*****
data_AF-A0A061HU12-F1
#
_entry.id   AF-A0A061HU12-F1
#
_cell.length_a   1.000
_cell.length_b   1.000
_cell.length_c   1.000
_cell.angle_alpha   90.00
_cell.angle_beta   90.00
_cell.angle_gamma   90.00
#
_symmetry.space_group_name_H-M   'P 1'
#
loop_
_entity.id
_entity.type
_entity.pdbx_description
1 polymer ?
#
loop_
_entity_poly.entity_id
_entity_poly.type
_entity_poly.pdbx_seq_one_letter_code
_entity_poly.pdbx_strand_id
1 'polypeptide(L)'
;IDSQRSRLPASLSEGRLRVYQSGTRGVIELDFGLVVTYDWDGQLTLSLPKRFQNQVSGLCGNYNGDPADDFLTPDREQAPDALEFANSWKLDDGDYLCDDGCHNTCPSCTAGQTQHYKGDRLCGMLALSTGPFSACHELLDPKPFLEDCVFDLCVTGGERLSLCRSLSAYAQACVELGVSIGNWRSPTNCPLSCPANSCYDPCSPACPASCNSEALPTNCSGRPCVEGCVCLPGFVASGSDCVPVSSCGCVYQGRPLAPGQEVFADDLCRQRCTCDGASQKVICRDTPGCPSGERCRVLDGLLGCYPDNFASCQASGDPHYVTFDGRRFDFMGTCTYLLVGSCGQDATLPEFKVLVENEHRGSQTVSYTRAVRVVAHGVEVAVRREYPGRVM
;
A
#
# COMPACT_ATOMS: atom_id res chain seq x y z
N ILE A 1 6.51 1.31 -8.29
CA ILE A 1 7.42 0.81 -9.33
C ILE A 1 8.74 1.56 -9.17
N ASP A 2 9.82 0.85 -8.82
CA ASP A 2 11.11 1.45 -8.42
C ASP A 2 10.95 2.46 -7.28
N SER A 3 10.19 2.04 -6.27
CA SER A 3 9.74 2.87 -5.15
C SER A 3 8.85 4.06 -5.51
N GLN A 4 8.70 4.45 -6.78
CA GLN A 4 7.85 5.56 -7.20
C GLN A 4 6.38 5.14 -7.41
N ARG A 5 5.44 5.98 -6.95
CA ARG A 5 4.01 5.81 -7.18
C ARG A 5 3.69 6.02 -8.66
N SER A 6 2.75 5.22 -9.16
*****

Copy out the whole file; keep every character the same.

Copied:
data_AF-A0A061HU12-F1
#
_entry.id   AF-A0A061HU12-F1
#
_cell.length_a   1.000
_cell.length_b   1.000
_cell.length_c   1.000
_cell.angle_alpha   90.00
_cell.angle_beta   90.00
_cell.angle_gamma   90.00
#
_symmetry.space_group_name_H-M   'P 1'
#
loop_
_entity.id
_entity.type
_entity.pdbx_description
1 polymer ?
#
loop_
_entity_poly.entity_id
_entity_poly.type
_entity_poly.pdbx_seq_one_letter_code
_entity_poly.pdbx_strand_id
1 'polypeptide(L)'
;IDSQRSRLPASLSEGRLRVYQSGTRGVIELDFGLVVTYDWDGQLTLSLPKRFQNQVSGLCGNYNGDPADDFLTPDREQAPDALEFANSWKLDDGDYLCDDGCHNTCPSCTAGQTQHYKGDRLCGMLALSTGPFSACHELLDPKPFLEDCVFDLCVTGGERLSLCRSLSAYAQACVELGVSIGNWRSPTNCPLSCPANSCYDPCSPACPASCNSEALPTNCSGRPCVEGCVCLPGFVASGSDCVPVSSCGCVYQGRPLAPGQEVFADDLCRQRCTCDGASQKVICRDTPGCPSGERCRVLDGLLGCYPDNFASCQASGDPHYVTFDGRRFDFMGTCTYLLVGSCGQDATLPEFKVLVENEHRGSQTVSYTRAVRVVAHGVEVAVRREYPGRVM
;
A
#
# COMPACT_ATOMS: atom_id res chain seq x y z
N ILE A 1 6.51 1.31 -8.29
CA ILE A 1 7.42 0.81 -9.33
C ILE A 1 8.74 1.56 -9.17
N ASP A 2 9.82 0.85 -8.82
CA ASP A 2 11.11 1.45 -8.42
C ASP A 2 10.95 2.46 -7.28
N SER A 3 10.19 2.04 -6.27
CA SER A 3 9.74 2.87 -5.15
C SER A 3 8.85 4.06 -5.51
N GLN A 4 8.70 4.45 -6.78
CA GLN A 4 7.85 5.56 -7.20
C GLN A 4 6.38 5.14 -7.41
N ARG A 5 5.44 5.98 -6.95
CA ARG A 5 4.01 5.81 -7.18
C ARG A 5 3.69 6.02 -8.66
N SER A 6 2.75 5.22 -9.16